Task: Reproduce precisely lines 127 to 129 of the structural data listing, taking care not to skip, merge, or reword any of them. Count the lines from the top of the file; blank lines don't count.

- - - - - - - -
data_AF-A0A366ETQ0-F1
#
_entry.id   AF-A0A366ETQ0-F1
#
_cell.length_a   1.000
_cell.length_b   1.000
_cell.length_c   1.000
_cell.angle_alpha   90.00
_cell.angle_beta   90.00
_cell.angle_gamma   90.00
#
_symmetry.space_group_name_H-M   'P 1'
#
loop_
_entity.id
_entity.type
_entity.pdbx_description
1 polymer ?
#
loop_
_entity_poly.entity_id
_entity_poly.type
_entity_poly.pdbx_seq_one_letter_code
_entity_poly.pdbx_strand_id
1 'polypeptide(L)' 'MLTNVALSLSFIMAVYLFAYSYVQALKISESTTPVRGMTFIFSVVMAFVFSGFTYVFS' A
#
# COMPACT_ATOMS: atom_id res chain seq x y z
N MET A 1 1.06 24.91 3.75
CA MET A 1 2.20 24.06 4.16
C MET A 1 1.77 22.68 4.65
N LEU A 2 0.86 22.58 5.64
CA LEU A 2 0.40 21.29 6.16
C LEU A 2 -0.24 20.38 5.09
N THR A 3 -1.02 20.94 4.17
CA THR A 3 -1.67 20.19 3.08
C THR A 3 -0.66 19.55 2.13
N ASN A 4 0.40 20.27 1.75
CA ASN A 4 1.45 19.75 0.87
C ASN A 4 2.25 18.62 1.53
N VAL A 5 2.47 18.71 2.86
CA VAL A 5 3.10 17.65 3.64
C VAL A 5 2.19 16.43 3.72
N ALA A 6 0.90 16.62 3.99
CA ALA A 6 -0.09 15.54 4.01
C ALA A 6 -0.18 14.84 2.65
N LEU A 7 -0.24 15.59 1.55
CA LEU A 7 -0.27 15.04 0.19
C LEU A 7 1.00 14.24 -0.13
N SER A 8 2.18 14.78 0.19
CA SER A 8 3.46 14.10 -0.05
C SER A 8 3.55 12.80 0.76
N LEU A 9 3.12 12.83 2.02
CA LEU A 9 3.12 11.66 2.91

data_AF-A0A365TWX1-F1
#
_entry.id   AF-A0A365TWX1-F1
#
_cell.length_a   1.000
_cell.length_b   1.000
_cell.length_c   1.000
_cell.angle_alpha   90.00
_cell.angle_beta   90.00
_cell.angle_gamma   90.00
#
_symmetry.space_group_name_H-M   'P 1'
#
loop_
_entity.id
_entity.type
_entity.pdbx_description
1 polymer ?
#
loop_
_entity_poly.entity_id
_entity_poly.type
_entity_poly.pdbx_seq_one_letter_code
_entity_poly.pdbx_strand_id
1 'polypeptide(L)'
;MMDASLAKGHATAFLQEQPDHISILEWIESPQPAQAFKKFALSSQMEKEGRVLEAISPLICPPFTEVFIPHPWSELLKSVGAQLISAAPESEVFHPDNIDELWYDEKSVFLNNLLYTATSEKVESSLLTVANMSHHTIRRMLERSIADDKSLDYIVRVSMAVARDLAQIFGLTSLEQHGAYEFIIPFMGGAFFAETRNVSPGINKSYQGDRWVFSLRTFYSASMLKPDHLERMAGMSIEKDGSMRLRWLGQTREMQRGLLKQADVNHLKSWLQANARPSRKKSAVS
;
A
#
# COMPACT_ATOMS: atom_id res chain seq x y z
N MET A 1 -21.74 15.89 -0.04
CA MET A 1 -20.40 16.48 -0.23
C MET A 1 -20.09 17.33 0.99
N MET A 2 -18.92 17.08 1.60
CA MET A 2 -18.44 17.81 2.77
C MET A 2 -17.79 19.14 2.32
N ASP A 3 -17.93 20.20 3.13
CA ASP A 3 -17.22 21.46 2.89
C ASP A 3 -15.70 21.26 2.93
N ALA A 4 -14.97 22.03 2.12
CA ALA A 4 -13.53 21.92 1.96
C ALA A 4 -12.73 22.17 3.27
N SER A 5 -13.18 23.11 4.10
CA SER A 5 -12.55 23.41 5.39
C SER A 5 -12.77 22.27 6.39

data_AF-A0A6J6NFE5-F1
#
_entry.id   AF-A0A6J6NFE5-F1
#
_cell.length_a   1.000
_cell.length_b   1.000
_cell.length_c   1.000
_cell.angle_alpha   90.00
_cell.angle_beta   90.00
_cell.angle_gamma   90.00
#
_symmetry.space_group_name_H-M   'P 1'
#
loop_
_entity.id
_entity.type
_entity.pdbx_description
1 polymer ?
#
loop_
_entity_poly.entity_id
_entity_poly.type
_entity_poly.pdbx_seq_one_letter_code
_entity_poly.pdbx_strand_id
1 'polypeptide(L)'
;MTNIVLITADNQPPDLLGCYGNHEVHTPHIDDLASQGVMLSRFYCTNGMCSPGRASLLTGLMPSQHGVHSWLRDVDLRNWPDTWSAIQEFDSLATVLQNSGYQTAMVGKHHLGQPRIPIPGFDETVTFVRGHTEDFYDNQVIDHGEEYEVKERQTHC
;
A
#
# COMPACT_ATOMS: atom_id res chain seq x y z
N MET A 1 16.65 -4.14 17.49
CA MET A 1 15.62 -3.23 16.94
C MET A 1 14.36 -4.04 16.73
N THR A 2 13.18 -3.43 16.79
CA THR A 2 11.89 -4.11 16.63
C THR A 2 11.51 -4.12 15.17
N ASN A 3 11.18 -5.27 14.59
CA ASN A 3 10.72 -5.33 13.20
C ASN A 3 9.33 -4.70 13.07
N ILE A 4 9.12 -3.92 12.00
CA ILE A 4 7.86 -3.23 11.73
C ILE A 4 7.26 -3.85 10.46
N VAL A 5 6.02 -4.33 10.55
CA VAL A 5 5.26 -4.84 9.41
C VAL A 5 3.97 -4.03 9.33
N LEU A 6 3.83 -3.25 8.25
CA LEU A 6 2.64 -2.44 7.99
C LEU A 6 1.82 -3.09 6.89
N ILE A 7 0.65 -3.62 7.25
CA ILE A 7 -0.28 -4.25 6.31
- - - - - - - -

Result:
#
# COMPACT_ATOMS: atom_id res chain seq x y z
N MET A 1 16.65 -4.14 17.49